EU Commission adopts ambitious and multifaceted action plan for a single EU Anti-Money Laundering System has been saved
EU Commission adopts ambitious and multifaceted action plan for a single EU Anti-Money Laundering System
8 May 2020
Regulatory News Alert
Context and objectives
On 7 May 2020, the European Commission adopted an action plan, which puts forward concrete measures that the Commission will take over the next 12 months to better enforce, supervise and coordinate the EU's rules on combating money laundering and terrorism financing. The aim of this approach is to shut down any remaining loopholes and remove any weak links in the EU's rules.
The action plan builds on six pillars. Each pillar aims at ensuring that the EU rules are more harmonized :
1. Effective application of EU rules: as the 5th Directive has still not been transposed in eight Member States, the Commission started infringement proceedings and is planning to continue to monitor the implementation of EU rules. Additionally, following recent EU reforms, the European Banking Authority (EBA) is equipped with tools and is encouraged to make full use of its new powers to tackle money laundering and terrorist financing.
2. A single EU rulebook: as Member States tend to apply EU rules in a wide variety of different manners, criminals are able to take advantage of the loopholes created by diverging interpretations of the rules. As a consequence, the Commission decided to take action and propose a more harmonized set of rules in the first quarter of 2021.
However, the action plan does not explicitly indicate whether this will lead to a new regulation. This question will be subject to further analysis to ensure the highest level of harmonization. A number of areas in which divergence should be minimized were highlighted, namely the list of obliged entities, customer due diligence requirements, internal controls, and reporting obligations.
3. EU-level supervision: as outlined in a Commission Report on the assessment of recent alleged money laundering cases, some structural weaknesses in the EU's anti-money laundering framework persist. Since it is up to each Member State to individually supervise EU rules in this area, gaps can develop in how the rules are supervised.
The role and scope of this EU-level supervision—as well as the supervisory body that should be tasked with carrying out this role—will be proposed following a thorough assessment of all options, also based on the feedback received in the public consultation.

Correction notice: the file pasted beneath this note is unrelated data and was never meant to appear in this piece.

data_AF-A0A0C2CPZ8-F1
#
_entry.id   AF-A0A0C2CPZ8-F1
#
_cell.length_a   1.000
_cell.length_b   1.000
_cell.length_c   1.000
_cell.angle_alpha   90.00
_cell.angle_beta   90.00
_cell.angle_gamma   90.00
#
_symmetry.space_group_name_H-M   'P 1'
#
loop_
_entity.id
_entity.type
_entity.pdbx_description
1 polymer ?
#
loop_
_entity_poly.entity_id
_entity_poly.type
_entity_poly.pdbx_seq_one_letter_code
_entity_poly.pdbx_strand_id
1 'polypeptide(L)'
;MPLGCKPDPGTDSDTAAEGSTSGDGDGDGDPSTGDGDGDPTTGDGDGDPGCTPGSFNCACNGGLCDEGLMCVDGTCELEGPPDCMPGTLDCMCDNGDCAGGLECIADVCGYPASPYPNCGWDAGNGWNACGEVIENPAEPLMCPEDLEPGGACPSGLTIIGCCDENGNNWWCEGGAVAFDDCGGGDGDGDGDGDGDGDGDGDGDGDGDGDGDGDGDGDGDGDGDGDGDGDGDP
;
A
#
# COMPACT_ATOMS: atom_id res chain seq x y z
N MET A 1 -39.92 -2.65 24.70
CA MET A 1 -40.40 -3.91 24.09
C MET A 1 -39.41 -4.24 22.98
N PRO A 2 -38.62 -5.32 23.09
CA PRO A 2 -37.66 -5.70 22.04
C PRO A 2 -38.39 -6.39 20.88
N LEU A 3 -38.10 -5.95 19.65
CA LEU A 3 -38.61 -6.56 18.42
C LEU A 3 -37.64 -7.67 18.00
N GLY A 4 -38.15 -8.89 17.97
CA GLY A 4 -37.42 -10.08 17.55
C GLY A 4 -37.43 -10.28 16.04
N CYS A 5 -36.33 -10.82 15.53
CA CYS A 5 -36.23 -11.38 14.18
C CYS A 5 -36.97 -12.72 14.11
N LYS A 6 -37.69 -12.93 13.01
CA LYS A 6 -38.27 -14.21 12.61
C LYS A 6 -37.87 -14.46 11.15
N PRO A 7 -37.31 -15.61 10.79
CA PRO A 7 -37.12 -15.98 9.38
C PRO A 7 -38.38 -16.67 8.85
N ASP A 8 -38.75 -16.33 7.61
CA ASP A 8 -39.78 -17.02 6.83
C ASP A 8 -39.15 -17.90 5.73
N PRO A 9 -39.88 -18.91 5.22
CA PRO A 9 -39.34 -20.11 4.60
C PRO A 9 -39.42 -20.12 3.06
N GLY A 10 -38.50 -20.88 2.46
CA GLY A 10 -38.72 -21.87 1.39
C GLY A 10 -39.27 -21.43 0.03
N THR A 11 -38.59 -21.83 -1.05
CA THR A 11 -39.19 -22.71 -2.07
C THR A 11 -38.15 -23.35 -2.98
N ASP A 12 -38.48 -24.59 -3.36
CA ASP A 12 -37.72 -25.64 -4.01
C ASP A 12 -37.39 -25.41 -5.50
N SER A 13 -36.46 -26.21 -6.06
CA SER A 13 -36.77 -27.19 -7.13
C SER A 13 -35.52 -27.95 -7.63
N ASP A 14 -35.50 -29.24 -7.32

In the first quarter of 2021, the Commission will propose to set-up an EU-level supervisor. The EU-level supervisor will be established as part of a comprehensive new policy to fight money laundering and terrorist financing.
4. A coordination and support mechanism for Member State Financial Intelligence Units: Financial Intelligence Units in Member States play a critical role in identifying transactions and activities that could be linked to criminal activities. However, several technical difficulties in the functioning of the secure communication channels have created difficulties. Several Financial Intelligence Units fail to comply with their obligation to exchange information with other Financial Intelligence Units.
In the first quarter of 2021, the Commission will propose to establish an EU mechanism to help remedy the weaknesses that were identified and provide a secure communication channel.
5. Enforcing EU-level criminal law provisions and information exchange: judicial and police cooperation, on the basis of EU instruments and institutional arrangements, is essential to ensure the proper exchange of information. The private sector can also play a role in fighting money laundering and terrorist financing. The Commission will issue guidance on the role of public-private partnerships to clarify and enhance data sharing.
6. The EU's global role: the EU is actively involved within the Financial Action Task Force (FATF) and on the world stage in shaping international standards in the fight against money laundering and terrorist financing.
The Commission amended the list of high-risk third countries in the form of a Delegated Regulation. It will now be submitted to the European Parliament and Council for approval within one month (with a possible one month extension). The date of application of Regulation listing third countries – and therefore applying new protective measures – applies as of 1 October 2020. The delisting of countries however will enter into force 20 days after publication in the Official Journal. Unlike the EU's list of non-cooperative tax jurisdictions, there will be no “grey-list”.
Pending the application of the revised methodology, the updated EU list ensures better alignment with the latest FATF list.
The Commission intends to deliver on all these actions by early 2021. To gather the views of citizens and stakeholders on these measures, the Commission launched a public consultation in parallel to the adoption of this action plan. Feedback is welcome until 29 July 2020.
How can Deloitte help?
Deloitte’s advisory specialists and dedicated services can help you design and implement your business strategy in light of the evolution of regulatory frameworks and market trends.
Deloitte’s AML/CTF advisory specialists and dedicated services will also help you design and implement your renewed business strategy in light of the future evolution of the AML/CFT framework.
Key Deloitte AML services are:
- AML/KYC remediation plan
- AML/CTF training
- AML/CTF policy, procedure, and process design or review
- Assistance in risk assessment drafting regarding Money Laundering/Terrorist Financing
- DKYC: externalizing KYC processes
Deloitte’s Regulatory Watch Kaleidoscope service helps you stay ahead of the regulatory curve to better manage and plan upcoming regulations.
Subject matter specialists
Regulatory Watch Kaleidoscope service